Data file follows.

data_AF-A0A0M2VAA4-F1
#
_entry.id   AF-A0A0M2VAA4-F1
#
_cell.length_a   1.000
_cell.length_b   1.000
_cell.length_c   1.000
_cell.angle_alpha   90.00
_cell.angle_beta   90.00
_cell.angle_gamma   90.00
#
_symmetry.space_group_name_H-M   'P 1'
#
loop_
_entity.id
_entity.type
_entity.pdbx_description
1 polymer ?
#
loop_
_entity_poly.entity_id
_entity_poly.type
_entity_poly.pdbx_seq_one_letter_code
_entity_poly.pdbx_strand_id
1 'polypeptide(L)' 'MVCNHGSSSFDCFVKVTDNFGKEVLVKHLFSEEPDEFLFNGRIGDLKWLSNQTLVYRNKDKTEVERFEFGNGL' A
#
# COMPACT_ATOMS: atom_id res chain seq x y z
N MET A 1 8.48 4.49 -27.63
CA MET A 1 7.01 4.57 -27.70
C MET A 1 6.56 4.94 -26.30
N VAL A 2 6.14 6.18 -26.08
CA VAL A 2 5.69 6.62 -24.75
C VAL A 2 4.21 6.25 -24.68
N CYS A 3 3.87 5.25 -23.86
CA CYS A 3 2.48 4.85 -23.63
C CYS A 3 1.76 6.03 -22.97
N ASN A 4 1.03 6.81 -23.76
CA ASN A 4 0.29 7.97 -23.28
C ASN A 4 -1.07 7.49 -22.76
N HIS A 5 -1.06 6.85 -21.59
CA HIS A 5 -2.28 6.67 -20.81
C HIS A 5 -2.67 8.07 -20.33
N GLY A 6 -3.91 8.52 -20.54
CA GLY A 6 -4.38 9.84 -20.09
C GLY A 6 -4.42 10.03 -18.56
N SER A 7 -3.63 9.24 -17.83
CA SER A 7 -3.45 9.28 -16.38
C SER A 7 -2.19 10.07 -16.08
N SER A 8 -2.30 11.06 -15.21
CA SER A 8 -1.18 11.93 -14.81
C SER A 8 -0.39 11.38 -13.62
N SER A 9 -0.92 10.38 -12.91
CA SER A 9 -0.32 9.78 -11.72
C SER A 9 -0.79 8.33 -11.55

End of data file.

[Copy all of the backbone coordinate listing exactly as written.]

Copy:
data_AF-A0A0M2VAA4-F1
#
_entry.id   AF-A0A0M2VAA4-F1
#
_cell.length_a   1.000
_cell.length_b   1.000
_cell.length_c   1.000
_cell.angle_alpha   90.00
_cell.angle_beta   90.00
_cell.angle_gamma   90.00
#
_symmetry.space_group_name_H-M   'P 1'
#
loop_
_entity.id
_entity.type
_entity.pdbx_description
1 polymer ?
#
loop_
_entity_poly.entity_id
_entity_poly.type
_entity_poly.pdbx_seq_one_letter_code
_entity_poly.pdbx_strand_id
1 'polypeptide(L)' 'MVCNHGSSSFDCFVKVTDNFGKEVLVKHLFSEEPDEFLFNGRIGDLKWLSNQTLVYRNKDKTEVERFEFGNGL' A
#
# COMPACT_ATOMS: atom_id res chain seq x y z
N MET A 1 8.48 4.49 -27.63
CA MET A 1 7.01 4.57 -27.70
C MET A 1 6.56 4.94 -26.30
N VAL A 2 6.14 6.18 -26.08
CA VAL A 2 5.69 6.62 -24.75
C VAL A 2 4.21 6.25 -24.68
N CYS A 3 3.87 5.25 -23.86
CA CYS A 3 2.48 4.85 -23.63
C CYS A 3 1.76 6.03 -22.97
N ASN A 4 1.03 6.81 -23.76
CA ASN A 4 0.29 7.97 -23.28
C ASN A 4 -1.07 7.49 -22.76
N HIS A 5 -1.06 6.85 -21.59
CA HIS A 5 -2.28 6.67 -20.81
C HIS A 5 -2.67 8.07 -20.33
N GLY A 6 -3.91 8.52 -20.54
CA GLY A 6 -4.38 9.84 -20.09
C GLY A 6 -4.42 10.03 -18.56
N SER A 7 -3.63 9.24 -17.83
CA SER A 7 -3.45 9.28 -16.38
C SER A 7 -2.19 10.07 -16.08
N SER A 8 -2.30 11.06 -15.21
CA SER A 8 -1.18 11.93 -14.81
C SER A 8 -0.39 11.38 -13.62
N SER A 9 -0.92 10.38 -12.91
CA SER A 9 -0.32 9.78 -11.72
C SER A 9 -0.79 8.33 -11.55